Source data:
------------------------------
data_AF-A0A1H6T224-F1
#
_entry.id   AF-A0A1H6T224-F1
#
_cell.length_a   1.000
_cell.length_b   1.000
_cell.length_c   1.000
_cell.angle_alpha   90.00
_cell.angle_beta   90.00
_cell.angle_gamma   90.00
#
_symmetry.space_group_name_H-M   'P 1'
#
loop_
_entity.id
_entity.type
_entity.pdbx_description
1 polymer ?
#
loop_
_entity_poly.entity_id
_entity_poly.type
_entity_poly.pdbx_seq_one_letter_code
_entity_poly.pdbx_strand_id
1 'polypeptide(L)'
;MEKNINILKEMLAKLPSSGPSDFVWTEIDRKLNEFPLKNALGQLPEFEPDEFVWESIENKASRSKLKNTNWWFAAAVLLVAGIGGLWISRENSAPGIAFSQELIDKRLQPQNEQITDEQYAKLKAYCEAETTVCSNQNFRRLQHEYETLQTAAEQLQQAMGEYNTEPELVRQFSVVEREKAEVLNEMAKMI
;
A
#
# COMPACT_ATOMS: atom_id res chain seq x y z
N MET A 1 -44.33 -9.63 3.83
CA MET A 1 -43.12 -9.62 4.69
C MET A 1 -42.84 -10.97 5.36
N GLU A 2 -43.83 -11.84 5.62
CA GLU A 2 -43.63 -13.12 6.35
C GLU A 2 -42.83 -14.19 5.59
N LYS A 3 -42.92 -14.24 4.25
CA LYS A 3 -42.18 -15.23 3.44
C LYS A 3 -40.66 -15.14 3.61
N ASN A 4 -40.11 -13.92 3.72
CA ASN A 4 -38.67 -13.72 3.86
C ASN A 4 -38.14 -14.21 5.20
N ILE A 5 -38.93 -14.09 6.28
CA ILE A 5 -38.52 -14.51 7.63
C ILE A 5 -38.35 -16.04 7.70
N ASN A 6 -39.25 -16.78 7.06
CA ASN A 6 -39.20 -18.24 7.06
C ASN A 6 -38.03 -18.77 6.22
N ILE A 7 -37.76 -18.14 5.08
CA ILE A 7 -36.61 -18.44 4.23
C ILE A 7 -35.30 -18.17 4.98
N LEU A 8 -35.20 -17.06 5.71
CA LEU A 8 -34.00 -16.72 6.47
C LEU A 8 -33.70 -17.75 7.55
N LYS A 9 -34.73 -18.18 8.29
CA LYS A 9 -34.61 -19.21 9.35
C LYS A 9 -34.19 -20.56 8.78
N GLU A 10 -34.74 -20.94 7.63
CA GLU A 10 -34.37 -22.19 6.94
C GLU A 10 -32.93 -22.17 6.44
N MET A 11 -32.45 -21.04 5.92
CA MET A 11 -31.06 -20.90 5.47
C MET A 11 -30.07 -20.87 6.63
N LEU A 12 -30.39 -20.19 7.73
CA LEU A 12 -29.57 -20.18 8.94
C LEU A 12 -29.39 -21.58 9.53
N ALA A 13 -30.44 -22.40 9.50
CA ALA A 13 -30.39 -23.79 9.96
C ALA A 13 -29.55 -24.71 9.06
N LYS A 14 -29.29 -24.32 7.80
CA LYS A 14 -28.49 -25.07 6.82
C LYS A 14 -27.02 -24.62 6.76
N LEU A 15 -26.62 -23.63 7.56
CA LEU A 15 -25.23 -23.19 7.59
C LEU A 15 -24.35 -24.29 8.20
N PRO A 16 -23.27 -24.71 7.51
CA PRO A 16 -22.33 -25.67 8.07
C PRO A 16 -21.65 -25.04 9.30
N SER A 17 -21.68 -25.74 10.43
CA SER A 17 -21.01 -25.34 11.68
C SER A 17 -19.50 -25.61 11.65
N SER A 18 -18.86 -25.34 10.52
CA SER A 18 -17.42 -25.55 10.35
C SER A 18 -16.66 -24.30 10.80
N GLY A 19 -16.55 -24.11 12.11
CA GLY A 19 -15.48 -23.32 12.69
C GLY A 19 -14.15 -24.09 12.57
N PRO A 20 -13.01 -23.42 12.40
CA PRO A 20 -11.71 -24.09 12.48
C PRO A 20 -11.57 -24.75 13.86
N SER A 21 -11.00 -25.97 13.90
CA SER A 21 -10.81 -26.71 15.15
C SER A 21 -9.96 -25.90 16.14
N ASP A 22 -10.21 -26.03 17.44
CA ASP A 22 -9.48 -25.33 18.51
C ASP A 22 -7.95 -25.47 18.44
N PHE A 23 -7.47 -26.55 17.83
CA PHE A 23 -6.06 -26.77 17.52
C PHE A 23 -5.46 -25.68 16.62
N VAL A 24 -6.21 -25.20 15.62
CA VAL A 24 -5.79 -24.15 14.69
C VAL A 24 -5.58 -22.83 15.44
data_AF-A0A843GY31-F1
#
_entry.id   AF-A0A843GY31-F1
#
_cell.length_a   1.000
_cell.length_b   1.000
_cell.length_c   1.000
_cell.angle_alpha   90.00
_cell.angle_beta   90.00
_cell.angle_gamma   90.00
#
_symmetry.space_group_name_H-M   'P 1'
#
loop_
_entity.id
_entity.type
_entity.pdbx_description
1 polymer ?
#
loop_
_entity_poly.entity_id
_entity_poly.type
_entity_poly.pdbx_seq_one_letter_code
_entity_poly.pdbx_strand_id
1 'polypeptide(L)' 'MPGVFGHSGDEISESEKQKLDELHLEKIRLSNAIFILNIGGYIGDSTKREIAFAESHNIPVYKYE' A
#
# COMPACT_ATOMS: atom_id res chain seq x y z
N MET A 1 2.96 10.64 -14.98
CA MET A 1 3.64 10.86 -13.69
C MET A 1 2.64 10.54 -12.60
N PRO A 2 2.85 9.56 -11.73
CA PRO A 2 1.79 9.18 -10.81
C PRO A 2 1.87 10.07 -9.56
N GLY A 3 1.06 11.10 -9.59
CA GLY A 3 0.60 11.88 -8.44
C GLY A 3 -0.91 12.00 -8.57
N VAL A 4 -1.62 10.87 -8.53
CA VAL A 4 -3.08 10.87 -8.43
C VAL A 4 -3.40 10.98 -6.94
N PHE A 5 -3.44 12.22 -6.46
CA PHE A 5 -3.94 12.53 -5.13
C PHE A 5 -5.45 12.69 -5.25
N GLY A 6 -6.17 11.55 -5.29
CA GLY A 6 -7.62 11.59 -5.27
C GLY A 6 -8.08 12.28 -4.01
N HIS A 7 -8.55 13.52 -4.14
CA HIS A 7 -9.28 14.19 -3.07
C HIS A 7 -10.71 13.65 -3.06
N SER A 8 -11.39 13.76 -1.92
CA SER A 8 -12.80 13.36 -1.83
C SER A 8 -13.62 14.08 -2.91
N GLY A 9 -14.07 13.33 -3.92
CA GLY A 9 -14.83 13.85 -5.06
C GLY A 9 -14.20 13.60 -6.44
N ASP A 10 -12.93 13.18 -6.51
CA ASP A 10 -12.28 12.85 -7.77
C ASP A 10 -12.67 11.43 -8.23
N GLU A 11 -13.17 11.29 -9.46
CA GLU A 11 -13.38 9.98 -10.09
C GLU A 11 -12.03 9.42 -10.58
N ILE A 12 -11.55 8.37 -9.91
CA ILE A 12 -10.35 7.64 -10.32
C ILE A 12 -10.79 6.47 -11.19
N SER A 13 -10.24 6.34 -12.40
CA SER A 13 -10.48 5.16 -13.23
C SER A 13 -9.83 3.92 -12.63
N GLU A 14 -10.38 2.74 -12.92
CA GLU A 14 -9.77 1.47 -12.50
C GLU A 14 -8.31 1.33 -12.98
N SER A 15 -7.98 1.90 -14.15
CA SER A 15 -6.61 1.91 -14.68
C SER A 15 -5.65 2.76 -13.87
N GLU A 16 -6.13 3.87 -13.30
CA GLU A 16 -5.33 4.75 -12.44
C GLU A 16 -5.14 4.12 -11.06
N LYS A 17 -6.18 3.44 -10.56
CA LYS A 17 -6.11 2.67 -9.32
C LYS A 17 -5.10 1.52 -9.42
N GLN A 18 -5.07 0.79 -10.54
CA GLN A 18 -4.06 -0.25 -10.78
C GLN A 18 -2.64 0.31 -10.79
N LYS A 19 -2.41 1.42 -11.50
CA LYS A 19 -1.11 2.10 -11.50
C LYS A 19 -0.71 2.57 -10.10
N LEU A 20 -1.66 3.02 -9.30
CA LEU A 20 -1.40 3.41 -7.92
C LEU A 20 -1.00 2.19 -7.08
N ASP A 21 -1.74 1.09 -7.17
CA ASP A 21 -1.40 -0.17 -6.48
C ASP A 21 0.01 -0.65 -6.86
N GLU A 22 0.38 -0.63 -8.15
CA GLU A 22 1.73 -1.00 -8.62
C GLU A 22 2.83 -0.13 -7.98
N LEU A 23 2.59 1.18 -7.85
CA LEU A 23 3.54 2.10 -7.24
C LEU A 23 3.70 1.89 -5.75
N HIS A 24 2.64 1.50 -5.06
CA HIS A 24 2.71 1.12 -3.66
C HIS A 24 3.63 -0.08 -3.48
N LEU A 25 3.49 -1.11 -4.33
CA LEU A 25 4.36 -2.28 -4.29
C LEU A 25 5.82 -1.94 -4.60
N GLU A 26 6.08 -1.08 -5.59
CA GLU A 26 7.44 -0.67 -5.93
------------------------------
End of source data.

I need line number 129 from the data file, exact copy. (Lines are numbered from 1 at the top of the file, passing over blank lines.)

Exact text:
# COMPACT_ATOMS: atom_id res chain seq x y z